Maritime Security Act
After the September 11 attack, the international community came together to implement a system to improve the security of maritime transport sector. Maritime security act of 2002 was formed in order to ensure that the procedures are followed to protect the America from terrorists’ threats. The act has four titles. It is an act of congress enacted to address ports and shipment security. The act came to effect on July 2004 (Ritter, Barrett, & Wilson, 2007). The act directs the secretary of transport to assess the vessels in the ports that are of high risk and makes ports vulnerable to terrorists’ attacks. This is to ensure all the cargoes that are shipped do not carry terrorists’ weapons. The secretary is supposed to assess vulnerability of ports in the U.S. In the act the secretary is required to prepare national maritime transportation security plan that would be used to protect against terrorism attacks and how to respond in case of terrorism incidents. The coordinator (Federal maritime security) is supposed to put forward the plan of maintaining security at the ports to the (maritime transportation) secretary. Vessel owners should as well present their plan (security). The security plans includes passenger and cargos screening, staff identification procedures, security patrols and control measures. The act also requires formation of area committees in all nations to ensure security of all ports and their plans of security to be able to deter, prevent and respond to terrorism threats (U.S Department of Homeland Security, 2002).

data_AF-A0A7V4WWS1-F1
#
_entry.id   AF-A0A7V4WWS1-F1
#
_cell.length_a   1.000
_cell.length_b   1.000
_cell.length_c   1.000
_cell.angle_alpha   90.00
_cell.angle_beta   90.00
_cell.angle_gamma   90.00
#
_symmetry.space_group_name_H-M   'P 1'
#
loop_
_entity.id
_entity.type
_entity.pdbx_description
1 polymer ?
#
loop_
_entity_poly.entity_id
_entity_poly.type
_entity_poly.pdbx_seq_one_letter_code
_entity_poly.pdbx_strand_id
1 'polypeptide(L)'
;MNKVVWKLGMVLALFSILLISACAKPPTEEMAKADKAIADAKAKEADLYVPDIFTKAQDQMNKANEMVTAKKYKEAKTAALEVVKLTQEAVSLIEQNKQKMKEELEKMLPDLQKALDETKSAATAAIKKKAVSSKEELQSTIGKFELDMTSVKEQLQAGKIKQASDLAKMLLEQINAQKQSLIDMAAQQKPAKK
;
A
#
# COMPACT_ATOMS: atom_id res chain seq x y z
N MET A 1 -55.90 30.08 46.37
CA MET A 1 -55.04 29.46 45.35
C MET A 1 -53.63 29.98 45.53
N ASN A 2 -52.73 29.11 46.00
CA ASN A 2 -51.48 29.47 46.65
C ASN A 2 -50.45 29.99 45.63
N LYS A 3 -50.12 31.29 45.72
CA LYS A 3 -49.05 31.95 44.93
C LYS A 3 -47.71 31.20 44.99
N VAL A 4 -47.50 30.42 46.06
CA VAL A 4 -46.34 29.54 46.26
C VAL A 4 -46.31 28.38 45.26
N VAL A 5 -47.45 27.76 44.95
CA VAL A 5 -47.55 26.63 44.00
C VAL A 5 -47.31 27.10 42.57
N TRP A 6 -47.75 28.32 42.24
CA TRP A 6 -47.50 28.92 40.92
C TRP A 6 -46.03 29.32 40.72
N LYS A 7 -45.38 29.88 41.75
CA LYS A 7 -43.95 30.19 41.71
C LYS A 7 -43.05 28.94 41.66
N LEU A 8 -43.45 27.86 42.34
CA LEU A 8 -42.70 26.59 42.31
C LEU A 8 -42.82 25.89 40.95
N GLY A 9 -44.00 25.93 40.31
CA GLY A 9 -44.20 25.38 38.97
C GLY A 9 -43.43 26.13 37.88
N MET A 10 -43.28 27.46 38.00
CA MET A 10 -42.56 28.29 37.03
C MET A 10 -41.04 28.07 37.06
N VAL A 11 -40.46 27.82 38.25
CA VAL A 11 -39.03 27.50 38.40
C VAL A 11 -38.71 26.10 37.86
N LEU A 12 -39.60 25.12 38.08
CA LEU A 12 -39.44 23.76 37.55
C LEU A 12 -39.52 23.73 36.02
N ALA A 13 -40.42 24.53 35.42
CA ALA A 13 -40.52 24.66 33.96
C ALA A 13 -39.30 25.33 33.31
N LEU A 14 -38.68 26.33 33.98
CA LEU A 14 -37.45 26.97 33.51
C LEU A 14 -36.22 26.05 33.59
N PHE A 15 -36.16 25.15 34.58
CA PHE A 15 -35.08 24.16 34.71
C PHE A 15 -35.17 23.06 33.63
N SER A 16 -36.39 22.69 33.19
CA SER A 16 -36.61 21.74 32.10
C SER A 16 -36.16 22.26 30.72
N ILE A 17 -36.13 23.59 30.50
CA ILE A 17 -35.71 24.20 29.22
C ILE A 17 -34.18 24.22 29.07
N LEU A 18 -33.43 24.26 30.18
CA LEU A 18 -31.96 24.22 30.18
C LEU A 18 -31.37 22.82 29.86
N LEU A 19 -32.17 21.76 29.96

OECD: Security in Maritime Transport
World trade depends largely on maritime transportation systems. The government has been committed and has invested a lot of money in maintaining maritime security in order to protect trade which is important for economic growth. Organization for economic co-operation and development report explores the risk possessed by terrorists’ organizations and the impact they have on world economic growth. Maritime transportation is widely used for trade transportation. Maritime transportation is greatly involved in economic development and prosperity. There are risks factors involved in maritime transportation as many bulk vessels and goods are transported by sea for example cargos. The maritime system is porous enough to be able to ensure security. After terrorists attacks attention moves to containers security to ensure they are not used by terrorists to transport their weapons. Bulk vessels are used by OECD countries to transport hazardous materials for trade. Security has been maintained to ensure terrorists do not take advantage of these vessels. Another risk factor is trade disruption and security costs. Terrorism has great impact when it interferes with trade as a lot of fund is channeled towards maintaining security. In the OECD report, costs of maintaining security are estimated and shared among stakeholders such as large companies and all bodies involved in maintaining maritime security (OECD – Security in Maritime Transport, 2011).
The risk factors of terrorism must be balanced with economic impact to ensure development and prosperity. This can be achieved by cooperation of all stakeholders in following the rules set to maintain security. This prevents attacks by terrorists which cost a lot of money to bring back the economy to where it was and further development. Measures put in place should be strictly followed in order to protect trade from being disrupted as a result of terrorists’ attacks (Ritter, Barrett, & Wilson, 2007).
U.S Department of Homeland Security (2002). Maritime Transportation Security Act (MTSA). Web.
OECD – Security in Maritime Transport (2011). Web.
Ritter, L., Barrett, J.M., & Wilson R. A. (2007). Securing Global Transport Networks. New York: McGraw hill professional.